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The Conversation: The Making of the Power List


The annual Long Island Press Power List is back, and with it, lots of dialogue, lots of complaints and lots of surprises. What were some of the internal questions behind the list? Who just missed the cut? How were the final 50 and their placement resolved? Here to bring you behind the scenes are Press News Editor Timothy Bolger, Editor-in-Chief Michael Patrick Nelson and Publisher Jed Morey.

Jed


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It’s that time of year again when I find the 28 or 29 people who will speak to me for the rest of the year. They’re the ones who are happy with their placement and/or write-up on the Power List. The rest are made up of those who are unhappy with their placement and/or write-up. Then there are the other 2.7 million people who didn’t make the list who just think I’m a jerk. This year I have decided to tell everyone “Nothing But Net” columnist Brad Pareso compiled the list. Of course, there’s always the stock answer of “You were No. 51.”

Timothy

If people only saw the months of protracted debate that goes into this list. The caffeine-fueled hours-long meetings. The constant jockeying for positions and ideas getting shot down. It’s amusing how after all of that, some readers think we just throw a dart at the phonebook and whoever it lands on makes the list. Seriously people, this list is no happy accident.

Michael

The essential question here is, as always: How is power defined? That, to me, opens up the list for some very interesting results. When you really consider how strings are pulled, and who is pulling them, it provides quite a revealing look at our social and economic infrastructure. Without going too in-depth into the editorial process, I’ll note that we, as a staff, each took numerous names on the list, and analyzed for ourselves these individuals’ power. One of the Power Listers I wrote about was James Dolan, who placed No. 2, and as I examined his reach, I became increasingly amazed. As I noted in my write-up, it’s not even about his money—although his money is surely a byproduct of his power—but when you consider how many areas he influences, it’s almost a little stunning. We argue whether Cablevision can be considered a monopoly, but as I wrote, when you really look at the breadth of his influence, it feels more like a monarchy. How’s that for power?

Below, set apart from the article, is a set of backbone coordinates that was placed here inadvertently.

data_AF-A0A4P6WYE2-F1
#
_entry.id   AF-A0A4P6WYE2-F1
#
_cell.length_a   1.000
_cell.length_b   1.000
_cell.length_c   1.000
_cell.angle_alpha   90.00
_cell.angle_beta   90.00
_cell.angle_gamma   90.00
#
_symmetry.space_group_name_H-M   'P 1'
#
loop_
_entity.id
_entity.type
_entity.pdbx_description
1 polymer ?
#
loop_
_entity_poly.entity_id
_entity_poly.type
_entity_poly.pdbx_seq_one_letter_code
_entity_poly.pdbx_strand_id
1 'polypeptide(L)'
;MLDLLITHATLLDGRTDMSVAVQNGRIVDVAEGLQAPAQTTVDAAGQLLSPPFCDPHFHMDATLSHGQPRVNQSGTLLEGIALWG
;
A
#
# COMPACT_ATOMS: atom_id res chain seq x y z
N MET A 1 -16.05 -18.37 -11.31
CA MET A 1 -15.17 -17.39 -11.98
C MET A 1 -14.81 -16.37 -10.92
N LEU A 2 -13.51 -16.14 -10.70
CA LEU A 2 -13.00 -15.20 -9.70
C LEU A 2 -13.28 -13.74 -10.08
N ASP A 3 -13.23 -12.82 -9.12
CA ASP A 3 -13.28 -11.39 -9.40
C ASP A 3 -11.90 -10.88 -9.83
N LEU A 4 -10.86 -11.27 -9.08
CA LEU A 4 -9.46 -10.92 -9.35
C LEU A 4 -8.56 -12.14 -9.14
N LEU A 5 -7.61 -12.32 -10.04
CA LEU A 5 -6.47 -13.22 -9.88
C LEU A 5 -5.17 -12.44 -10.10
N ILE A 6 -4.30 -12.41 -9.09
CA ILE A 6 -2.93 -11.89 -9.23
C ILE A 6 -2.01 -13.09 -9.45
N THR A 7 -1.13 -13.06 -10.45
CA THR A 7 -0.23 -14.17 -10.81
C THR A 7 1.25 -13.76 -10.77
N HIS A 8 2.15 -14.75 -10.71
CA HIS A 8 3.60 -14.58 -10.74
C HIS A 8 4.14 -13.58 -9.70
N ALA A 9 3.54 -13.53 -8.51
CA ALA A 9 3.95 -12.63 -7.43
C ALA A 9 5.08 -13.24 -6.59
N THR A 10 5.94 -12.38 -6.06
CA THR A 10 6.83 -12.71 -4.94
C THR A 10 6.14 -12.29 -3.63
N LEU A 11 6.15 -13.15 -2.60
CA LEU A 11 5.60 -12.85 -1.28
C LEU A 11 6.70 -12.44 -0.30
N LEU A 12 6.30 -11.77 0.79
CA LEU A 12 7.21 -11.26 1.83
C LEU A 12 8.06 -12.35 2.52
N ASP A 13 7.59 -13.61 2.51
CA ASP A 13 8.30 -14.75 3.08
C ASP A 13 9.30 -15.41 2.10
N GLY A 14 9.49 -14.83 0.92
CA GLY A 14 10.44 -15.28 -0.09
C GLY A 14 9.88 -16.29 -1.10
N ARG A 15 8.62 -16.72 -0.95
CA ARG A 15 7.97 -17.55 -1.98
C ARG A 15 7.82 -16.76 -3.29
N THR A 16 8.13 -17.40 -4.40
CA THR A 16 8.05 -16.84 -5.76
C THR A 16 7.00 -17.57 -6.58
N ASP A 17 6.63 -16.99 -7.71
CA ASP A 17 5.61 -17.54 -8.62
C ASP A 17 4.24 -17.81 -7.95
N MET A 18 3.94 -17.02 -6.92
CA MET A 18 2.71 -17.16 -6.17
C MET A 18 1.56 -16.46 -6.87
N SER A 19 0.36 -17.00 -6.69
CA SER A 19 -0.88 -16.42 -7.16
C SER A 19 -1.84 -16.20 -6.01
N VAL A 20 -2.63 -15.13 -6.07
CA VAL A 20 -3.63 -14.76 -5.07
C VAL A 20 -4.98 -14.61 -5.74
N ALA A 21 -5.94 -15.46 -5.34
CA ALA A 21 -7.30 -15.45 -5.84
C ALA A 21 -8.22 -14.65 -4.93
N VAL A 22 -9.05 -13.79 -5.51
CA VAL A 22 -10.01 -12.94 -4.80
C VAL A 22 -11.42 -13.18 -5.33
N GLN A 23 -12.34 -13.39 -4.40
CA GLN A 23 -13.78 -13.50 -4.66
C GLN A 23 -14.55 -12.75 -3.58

Jed

Dolan’s empire is staggering to say the least. This is not a popularity contest and a measurement like wealth does not always constitute power. Long Island is home to several millionaires and billionaires who make little impact on our daily lives. The question we ask ourselves is, “How has this person used his or her position to influence life on Long Island, for better or for worse?” A great deal of attention was paid this year to the people behind the scenes who are intersecting to re-imagine Long Island’s future. The architects, engineers and builders. Heads of universities and research centers. There are fewer politicians than normal and the list feels more diverse in terms of job functions and industry. Having said that, the list is still, sadly, homogenous. No shocker here: The Island is still being run by a bunch of white guys. Forty-two out of 50 on the list, to be exact. But don’t shoot the messenger; we call it like we see it and the list is a mirror, not a politically correct wish list.

Timothy

Race aside, it is also interesting, looking back now at the final product, that most of those who made the list are well off, if not at least among the higher ranks of the upper-middle class. A few are rich even for Long Island standards. While some may be able to say their money is a byproduct of their power, others clearly came to wield much power because of their wealth—whether it was earned or inherited. Yet there are on this list a handful of recognizable influential middle-class folks and maybe even one or two who might consider themselves working class. Not to mention only five on this list are women (not including the four in the Hall of Fame), although this is the first time a woman made No. 1.

Michael

This is a great example of determining the definition of power. I think you could sit around for a few hours debating the respective places on this list of Kathleen Rice and James Dolan (as a matter of fact, I think we did sit around for a few hours discussing that very topic), because each one has influence over fairly different elements of our lives. I mean, you can’t deny the power of the Nassau County DA—and very possibly the State Attorney General—but you also can’t write off the guy who gives us our Internet access, our television, and—maybe—LeBron James? Here’s hoping.

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